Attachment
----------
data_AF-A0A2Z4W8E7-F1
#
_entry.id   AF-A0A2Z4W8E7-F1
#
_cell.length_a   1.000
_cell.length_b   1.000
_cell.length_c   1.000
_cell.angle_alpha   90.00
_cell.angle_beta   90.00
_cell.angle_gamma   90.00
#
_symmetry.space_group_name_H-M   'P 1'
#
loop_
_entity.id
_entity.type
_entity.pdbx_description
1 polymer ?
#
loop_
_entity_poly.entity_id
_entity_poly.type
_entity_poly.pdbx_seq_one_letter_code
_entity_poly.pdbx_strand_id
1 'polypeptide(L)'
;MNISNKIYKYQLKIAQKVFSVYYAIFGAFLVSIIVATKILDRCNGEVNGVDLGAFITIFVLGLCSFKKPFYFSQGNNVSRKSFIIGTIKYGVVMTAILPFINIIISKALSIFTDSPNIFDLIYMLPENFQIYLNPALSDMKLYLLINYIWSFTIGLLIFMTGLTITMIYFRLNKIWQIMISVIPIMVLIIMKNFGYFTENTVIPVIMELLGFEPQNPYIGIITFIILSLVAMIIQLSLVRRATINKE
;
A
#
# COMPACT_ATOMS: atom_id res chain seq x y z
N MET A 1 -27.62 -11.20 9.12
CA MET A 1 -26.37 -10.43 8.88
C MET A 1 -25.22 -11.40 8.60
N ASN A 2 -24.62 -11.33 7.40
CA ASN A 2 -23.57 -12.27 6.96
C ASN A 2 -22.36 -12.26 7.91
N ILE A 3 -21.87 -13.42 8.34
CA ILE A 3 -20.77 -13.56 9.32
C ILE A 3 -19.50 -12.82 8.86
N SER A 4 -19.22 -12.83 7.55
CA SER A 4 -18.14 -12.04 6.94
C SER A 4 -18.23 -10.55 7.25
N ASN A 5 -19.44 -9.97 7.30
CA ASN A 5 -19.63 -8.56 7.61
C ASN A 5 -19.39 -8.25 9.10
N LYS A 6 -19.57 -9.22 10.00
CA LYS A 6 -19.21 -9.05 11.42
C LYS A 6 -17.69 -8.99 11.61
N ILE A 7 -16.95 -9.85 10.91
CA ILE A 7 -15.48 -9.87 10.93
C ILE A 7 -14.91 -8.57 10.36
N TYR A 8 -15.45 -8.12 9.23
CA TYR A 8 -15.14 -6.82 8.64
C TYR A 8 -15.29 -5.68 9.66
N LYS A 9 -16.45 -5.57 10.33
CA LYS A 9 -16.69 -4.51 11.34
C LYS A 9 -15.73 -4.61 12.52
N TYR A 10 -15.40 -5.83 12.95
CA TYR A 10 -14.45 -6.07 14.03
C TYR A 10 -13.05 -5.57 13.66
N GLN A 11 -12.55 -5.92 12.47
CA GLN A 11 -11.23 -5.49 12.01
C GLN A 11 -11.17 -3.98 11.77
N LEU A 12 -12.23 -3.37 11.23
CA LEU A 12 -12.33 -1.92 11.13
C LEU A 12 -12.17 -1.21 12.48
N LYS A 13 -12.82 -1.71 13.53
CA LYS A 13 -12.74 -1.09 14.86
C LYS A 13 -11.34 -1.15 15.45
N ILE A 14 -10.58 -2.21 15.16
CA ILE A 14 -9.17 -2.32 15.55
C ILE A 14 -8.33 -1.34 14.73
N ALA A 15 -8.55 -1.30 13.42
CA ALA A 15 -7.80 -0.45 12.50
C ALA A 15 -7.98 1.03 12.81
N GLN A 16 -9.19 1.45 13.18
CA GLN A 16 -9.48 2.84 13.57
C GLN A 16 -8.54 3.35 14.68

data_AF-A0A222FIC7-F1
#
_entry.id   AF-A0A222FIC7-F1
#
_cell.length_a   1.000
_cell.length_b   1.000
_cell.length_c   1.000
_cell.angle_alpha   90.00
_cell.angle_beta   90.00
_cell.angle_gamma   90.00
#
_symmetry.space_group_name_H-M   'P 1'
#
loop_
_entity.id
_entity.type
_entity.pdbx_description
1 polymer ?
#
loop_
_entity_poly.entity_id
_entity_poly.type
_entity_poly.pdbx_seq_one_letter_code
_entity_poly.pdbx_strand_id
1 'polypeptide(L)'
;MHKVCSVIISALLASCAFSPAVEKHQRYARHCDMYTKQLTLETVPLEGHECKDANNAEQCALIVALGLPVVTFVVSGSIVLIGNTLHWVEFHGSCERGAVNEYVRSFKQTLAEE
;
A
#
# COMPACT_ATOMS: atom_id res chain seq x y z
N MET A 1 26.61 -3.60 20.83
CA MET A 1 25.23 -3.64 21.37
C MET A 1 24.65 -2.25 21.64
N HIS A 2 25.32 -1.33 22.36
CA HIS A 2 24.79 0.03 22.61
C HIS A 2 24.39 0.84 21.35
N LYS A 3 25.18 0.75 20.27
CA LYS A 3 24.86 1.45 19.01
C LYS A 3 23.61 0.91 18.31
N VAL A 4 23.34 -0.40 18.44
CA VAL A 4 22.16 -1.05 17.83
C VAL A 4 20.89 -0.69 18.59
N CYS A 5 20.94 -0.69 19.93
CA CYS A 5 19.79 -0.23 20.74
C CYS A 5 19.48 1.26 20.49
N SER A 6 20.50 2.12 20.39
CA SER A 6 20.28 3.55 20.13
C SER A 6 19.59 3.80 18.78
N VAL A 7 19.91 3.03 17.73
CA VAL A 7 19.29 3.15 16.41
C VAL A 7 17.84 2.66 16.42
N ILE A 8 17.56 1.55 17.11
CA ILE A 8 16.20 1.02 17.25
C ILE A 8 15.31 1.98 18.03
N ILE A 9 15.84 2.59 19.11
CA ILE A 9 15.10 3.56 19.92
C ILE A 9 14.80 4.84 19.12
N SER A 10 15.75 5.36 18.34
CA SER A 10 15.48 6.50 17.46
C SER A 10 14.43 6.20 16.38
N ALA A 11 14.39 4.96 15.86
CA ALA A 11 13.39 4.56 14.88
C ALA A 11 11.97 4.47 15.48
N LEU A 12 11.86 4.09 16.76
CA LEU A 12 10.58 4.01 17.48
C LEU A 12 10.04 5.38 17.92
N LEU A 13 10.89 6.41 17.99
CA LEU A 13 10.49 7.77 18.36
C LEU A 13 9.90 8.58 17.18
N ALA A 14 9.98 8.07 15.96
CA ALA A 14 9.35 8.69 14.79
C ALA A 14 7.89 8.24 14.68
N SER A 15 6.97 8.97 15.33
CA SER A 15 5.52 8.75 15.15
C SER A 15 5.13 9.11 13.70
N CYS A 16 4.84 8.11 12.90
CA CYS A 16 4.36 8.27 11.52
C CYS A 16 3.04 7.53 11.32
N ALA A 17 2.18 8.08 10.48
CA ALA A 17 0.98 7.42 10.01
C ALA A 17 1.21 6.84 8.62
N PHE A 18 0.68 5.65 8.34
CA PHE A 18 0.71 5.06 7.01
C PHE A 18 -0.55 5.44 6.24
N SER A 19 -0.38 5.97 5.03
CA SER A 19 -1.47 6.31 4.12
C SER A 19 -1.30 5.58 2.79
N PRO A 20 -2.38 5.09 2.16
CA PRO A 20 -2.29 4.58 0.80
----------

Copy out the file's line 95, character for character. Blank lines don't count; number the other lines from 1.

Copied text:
_entity.pdbx_description